Is accidental data deletion the biggest threat to data protection?
It’s crucial that employees and IT leaders understand how data is protected and backed up on different cloud platforms so they can use the right strategies to keep data safe, even when accidental deletion is the biggest threat.
Data is a strategic asset serving nearly every government mission and workload -- from the maintenance of weapons systems to the management of national parks. The seamless, uninterrupted flow and delivery of data to government agencies is imperative to ensure defense, civilian and national security interests.
However, leaving data inadequately protected can lead to disastrous consequences. It’s not just ransomware attacks and sophisticated cyber exploits that can cause data loss. Accidental data deletion -- user error -- can trigger the failure of vital government services, delay time-sensitive decisions and result in significant damage.
As Veeam’s recent Cloud Production Trends Report found, the primary reason organizations are backing up their data is to prevent accidental deletion (58%). However, cloud usage is complicating the data-deletion challenge.
While cloud solutions give agencies greater scalability and flexibility, they also introduce loss of control when it comes to data management. It’s crucial that employees and IT leaders understand how data is protected and backed up on different cloud platforms so they can use the right strategies to keep data safe, even when accidental deletion is the biggest threat.
Role of employees
Ensuring that employees understand the impact of accidental deletion and the role they play is essential to limiting the problem. The first step is helping employees understand the causes of accidental deletion so IT teams can decrease the opportunities for user error. Part of this conversation includes understanding what kind of backup is included with cloud environments -- often there’s an assumption that backup exists when it does not.
As part of this process, government IT managers must put employee preparation and education first. Training should help employees understand different scenarios where they might accidentally delete data and reinforce their role as stewards of good data hygiene and management. In the same way, human resources departments provide regular training on workplace compliance, IT teams should create training materials outlining best practices in managing and protecting the data employees work with on a regular basis, ensuring staff members understand their roles and responsibilities regarding data protection, retention, use and misuse.
A strategy for preventing data loss
In addition to education and preparation, a proper data loss prevention strategy starts with agency needs, requirements and use cases for data recovery and backup. Especially with more employees teleworking, a reliable backup plan will prevent issues introduced by remote staff who mistakenly assume their home systems have the same rigorous, centralized backup and data protection capabilities of their traditional on-premises environment.
Additionally, some IT managers believe that the reliability of their cloud provider eliminates the need for an effective backup and data protection strategy for data in the cloud, whether it be public, private, hybrid or a combination of the three. IT leaders must ensure they have a complete understanding of the “shared responsibilities” element of any contract with a remote service provider. These agreements virtually always include a shared responsibility -- primarily owned by the user of those services -- to implement an effective security practice and enterprise-class backup and disaster recovery policies and processes that reflect their operational environments and recovery requirements.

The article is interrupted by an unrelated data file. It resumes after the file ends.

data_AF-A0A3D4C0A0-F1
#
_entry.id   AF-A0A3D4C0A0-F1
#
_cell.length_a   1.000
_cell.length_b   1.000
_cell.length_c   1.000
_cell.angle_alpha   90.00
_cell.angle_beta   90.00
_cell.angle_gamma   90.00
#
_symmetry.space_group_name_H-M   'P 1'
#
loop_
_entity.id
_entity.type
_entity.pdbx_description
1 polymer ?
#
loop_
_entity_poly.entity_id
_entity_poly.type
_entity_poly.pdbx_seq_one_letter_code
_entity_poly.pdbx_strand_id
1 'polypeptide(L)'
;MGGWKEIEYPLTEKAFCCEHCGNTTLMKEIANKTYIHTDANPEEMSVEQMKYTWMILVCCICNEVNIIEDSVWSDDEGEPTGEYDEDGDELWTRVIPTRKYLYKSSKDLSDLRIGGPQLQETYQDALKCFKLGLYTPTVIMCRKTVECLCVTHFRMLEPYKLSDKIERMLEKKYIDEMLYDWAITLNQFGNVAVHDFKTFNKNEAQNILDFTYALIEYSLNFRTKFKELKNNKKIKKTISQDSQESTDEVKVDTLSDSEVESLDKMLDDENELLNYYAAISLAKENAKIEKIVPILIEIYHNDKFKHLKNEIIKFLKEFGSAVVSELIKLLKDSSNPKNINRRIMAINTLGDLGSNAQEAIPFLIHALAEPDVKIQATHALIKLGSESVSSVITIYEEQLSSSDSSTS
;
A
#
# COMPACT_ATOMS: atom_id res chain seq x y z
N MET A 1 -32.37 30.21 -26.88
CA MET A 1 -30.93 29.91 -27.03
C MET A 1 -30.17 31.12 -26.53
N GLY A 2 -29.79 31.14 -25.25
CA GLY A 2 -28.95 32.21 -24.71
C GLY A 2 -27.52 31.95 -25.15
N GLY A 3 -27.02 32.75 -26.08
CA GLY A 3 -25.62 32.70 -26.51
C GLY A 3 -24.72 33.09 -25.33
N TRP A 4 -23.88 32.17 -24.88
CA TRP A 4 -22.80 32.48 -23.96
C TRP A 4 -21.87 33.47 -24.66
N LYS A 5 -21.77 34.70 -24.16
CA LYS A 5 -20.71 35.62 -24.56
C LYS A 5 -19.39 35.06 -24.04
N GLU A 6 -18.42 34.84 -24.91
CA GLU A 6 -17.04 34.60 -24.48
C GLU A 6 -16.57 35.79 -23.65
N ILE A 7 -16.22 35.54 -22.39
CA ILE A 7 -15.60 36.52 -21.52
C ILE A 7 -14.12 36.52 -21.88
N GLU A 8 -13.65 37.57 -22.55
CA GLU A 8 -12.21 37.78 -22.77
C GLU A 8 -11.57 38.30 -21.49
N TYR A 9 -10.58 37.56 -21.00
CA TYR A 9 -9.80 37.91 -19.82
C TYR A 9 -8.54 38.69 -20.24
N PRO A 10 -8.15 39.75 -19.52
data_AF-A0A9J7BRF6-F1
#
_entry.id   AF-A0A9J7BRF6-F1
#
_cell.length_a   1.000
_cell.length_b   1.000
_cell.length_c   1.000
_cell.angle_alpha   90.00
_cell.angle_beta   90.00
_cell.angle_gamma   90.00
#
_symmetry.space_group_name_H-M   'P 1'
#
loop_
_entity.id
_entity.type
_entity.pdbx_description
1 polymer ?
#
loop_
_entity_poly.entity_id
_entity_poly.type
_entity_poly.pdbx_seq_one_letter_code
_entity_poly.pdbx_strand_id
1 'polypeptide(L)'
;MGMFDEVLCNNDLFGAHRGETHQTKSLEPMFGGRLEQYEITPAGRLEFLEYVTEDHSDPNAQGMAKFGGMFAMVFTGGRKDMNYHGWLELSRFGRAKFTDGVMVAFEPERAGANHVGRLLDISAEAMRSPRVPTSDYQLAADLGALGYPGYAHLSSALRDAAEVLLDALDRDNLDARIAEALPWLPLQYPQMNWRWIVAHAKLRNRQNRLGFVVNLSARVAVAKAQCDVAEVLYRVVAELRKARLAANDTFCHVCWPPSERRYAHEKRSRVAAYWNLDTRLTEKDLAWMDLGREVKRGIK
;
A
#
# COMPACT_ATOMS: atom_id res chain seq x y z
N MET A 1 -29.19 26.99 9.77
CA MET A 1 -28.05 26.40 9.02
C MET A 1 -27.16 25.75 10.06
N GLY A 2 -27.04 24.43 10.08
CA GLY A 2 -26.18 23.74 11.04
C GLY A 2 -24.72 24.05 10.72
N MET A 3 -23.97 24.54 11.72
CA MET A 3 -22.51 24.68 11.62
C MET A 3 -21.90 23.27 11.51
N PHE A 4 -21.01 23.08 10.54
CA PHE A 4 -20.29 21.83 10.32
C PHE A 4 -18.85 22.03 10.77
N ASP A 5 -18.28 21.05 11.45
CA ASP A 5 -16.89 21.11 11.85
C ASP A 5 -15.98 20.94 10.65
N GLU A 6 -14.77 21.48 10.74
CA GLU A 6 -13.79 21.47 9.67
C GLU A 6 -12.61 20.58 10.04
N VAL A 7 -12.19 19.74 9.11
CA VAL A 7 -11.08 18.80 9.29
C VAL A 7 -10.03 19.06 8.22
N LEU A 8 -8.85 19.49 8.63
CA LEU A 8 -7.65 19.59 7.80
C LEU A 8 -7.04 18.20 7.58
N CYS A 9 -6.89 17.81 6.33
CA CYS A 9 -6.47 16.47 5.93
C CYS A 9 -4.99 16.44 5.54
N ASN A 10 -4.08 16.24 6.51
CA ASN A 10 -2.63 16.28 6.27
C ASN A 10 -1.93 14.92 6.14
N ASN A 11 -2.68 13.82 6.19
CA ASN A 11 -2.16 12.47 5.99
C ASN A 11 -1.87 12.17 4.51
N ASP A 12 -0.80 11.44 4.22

Government IT managers should incorporate the 3-2-1-1-0 rule into this data protection plan, which is the industry standard for how to protect data and the ultimate line of defense in the fight against ransomware. This rule means that teams keep at least three copies of each piece of important data, with backup data stored on two different media types with at least one of the copies at an offsite location and at least one offline.
Lastly, verified backups should contain zero errors. Backups are only adequate when they are being verified with daily monitoring and restore tests are performed at recurring intervals.
Moving beyond legacy technology -- including data protection
As agencies modernize and move to cloud or multicloud environments, data protection must also adjust. Government IT teams implementing new architectures must consider modern data protection frameworks that account for the widespread cloud-based environment.
A modular approach to cloud-native backup and recovery is ideal, offering a single platform for centralized multicloud data protection, management and cloud mobility and cloud-hosted workloads. As agencies advance, it’s necessary to accommodate the various cloud platforms they may be using in a multicloud environment with standalone solutions for AWS, Azure and Google Cloud to ensure cost-effective backup and recovery within each cloud.
This practice will ensure mobility of both backup and production data so accidental deletion doesn’t become a factor when moving among cloud providers or between cloud and on-premises solutions.
Cloud environments in government will only expand and become more complex. Moving forward, government IT managers must implement a modern data protection plan that incorporates both educational and technical solutions to deter the effects of data loss.